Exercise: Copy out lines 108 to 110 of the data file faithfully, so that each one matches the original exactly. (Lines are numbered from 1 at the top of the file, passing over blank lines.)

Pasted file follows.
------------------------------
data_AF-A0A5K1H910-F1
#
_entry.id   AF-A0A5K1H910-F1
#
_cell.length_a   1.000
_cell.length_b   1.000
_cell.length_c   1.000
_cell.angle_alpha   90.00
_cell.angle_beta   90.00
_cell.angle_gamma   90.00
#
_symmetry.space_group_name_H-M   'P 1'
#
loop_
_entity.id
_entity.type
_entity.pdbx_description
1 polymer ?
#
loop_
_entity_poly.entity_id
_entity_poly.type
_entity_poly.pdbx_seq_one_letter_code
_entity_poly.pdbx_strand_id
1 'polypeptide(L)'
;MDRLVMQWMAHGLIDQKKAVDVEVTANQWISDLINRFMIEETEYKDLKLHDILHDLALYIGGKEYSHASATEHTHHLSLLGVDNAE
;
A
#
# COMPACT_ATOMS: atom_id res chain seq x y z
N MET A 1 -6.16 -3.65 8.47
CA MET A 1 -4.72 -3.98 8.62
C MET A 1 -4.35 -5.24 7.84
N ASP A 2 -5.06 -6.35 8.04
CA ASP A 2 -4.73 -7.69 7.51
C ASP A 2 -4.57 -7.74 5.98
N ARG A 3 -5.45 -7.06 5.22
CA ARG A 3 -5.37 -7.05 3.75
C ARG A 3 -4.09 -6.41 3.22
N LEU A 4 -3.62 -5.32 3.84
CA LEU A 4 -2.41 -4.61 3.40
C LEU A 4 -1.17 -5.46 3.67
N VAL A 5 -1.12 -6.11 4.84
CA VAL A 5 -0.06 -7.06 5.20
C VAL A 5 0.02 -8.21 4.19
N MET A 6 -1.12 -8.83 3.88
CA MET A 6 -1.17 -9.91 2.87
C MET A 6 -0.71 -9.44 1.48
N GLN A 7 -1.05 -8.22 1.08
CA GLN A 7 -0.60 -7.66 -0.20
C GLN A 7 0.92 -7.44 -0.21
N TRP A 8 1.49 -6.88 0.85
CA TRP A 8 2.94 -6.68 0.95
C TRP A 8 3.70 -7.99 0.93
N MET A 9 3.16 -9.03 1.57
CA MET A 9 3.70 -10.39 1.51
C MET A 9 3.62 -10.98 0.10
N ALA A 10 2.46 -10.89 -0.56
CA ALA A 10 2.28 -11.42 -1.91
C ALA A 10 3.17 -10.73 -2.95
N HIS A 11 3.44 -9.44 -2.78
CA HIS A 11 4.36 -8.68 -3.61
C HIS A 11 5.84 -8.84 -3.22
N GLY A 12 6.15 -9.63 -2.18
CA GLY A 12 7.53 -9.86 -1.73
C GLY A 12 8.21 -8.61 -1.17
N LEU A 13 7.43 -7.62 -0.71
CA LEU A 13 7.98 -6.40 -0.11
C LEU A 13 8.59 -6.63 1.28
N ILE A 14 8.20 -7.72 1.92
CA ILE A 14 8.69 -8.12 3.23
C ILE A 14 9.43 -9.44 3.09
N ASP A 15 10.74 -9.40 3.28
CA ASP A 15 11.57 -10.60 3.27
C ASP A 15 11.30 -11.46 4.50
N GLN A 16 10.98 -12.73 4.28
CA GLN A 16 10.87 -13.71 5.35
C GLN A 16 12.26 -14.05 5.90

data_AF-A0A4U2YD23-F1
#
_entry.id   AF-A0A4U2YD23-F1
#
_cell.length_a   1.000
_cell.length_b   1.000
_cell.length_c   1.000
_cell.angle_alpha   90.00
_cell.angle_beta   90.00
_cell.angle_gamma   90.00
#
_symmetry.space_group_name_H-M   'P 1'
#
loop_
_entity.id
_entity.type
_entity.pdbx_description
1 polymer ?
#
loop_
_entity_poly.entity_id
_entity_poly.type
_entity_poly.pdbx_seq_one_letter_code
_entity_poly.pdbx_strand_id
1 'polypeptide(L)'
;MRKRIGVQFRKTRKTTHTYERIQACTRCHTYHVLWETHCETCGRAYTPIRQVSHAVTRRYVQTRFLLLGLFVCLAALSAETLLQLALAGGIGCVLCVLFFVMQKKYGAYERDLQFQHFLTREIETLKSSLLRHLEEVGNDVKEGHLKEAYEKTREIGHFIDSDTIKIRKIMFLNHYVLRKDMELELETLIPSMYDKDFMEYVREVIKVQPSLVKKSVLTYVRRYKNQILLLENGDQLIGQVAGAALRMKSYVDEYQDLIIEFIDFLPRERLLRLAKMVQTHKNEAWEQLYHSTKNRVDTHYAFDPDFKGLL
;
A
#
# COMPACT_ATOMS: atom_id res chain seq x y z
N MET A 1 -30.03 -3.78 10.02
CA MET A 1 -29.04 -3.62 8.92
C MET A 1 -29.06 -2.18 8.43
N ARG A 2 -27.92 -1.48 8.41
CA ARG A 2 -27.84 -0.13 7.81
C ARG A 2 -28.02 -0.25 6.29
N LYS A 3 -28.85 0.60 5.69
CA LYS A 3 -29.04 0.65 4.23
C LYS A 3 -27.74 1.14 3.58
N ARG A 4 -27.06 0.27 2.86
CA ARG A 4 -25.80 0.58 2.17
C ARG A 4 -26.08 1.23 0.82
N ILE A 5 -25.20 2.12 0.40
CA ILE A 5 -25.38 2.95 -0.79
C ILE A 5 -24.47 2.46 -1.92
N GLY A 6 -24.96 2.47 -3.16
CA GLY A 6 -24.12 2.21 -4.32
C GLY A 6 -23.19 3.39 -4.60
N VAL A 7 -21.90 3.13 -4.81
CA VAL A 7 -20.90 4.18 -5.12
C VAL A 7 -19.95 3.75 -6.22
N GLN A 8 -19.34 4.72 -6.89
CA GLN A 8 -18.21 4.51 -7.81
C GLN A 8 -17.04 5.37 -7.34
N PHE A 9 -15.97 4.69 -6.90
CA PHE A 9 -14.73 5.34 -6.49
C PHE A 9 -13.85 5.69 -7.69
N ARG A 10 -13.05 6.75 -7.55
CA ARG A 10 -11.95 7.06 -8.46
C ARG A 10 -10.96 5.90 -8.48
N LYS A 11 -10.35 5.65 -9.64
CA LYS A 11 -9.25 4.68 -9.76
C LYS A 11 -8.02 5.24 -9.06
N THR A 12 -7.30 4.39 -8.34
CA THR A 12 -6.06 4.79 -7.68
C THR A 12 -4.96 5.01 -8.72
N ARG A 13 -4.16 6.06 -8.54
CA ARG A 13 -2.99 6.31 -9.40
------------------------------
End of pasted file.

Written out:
# COMPACT_ATOMS: atom_id res chain seq x y z
N MET A 1 -30.03 -3.78 10.02
CA MET A 1 -29.04 -3.62 8.92